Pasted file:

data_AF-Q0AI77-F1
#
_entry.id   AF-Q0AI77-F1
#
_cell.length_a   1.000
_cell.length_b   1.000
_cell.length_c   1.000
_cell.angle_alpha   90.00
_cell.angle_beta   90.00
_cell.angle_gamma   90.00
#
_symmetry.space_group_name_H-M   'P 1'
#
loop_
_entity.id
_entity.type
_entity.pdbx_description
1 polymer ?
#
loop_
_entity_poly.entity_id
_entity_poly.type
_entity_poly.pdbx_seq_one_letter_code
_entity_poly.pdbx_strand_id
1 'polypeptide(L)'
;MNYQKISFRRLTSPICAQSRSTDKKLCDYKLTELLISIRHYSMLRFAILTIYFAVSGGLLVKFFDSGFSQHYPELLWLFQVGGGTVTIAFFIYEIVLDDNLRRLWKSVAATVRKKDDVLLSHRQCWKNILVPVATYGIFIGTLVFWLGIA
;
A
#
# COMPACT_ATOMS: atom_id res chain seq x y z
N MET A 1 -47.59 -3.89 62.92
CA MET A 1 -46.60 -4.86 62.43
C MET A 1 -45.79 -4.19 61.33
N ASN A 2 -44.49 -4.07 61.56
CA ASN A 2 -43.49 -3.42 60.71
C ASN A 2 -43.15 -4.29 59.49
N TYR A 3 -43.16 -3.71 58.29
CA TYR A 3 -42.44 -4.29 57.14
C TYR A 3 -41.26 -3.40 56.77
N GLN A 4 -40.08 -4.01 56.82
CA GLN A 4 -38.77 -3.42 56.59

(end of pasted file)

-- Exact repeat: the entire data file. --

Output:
data_AF-Q0AI77-F1
#
_entry.id   AF-Q0AI77-F1
#
_cell.length_a   1.000
_cell.length_b   1.000
_cell.length_c   1.000
_cell.angle_alpha   90.00
_cell.angle_beta   90.00
_cell.angle_gamma   90.00
#
_symmetry.space_group_name_H-M   'P 1'
#
loop_
_entity.id
_entity.type
_entity.pdbx_description
1 polymer ?
#
loop_
_entity_poly.entity_id
_entity_poly.type
_entity_poly.pdbx_seq_one_letter_code
_entity_poly.pdbx_strand_id
1 'polypeptide(L)'
;MNYQKISFRRLTSPICAQSRSTDKKLCDYKLTELLISIRHYSMLRFAILTIYFAVSGGLLVKFFDSGFSQHYPELLWLFQVGGGTVTIAFFIYEIVLDDNLRRLWKSVAATVRKKDDVLLSHRQCWKNILVPVATYGIFIGTLVFWLGIA
;
A
#
# COMPACT_ATOMS: atom_id res chain seq x y z
N MET A 1 -47.59 -3.89 62.92
CA MET A 1 -46.60 -4.86 62.43
C MET A 1 -45.79 -4.19 61.33
N ASN A 2 -44.49 -4.07 61.56
CA ASN A 2 -43.49 -3.42 60.71
C ASN A 2 -43.15 -4.29 59.49
N TYR A 3 -43.16 -3.71 58.29
CA TYR A 3 -42.44 -4.29 57.14
C TYR A 3 -41.26 -3.40 56.77
N GLN A 4 -40.08 -4.01 56.82
CA GLN A 4 -38.77 -3.42 56.59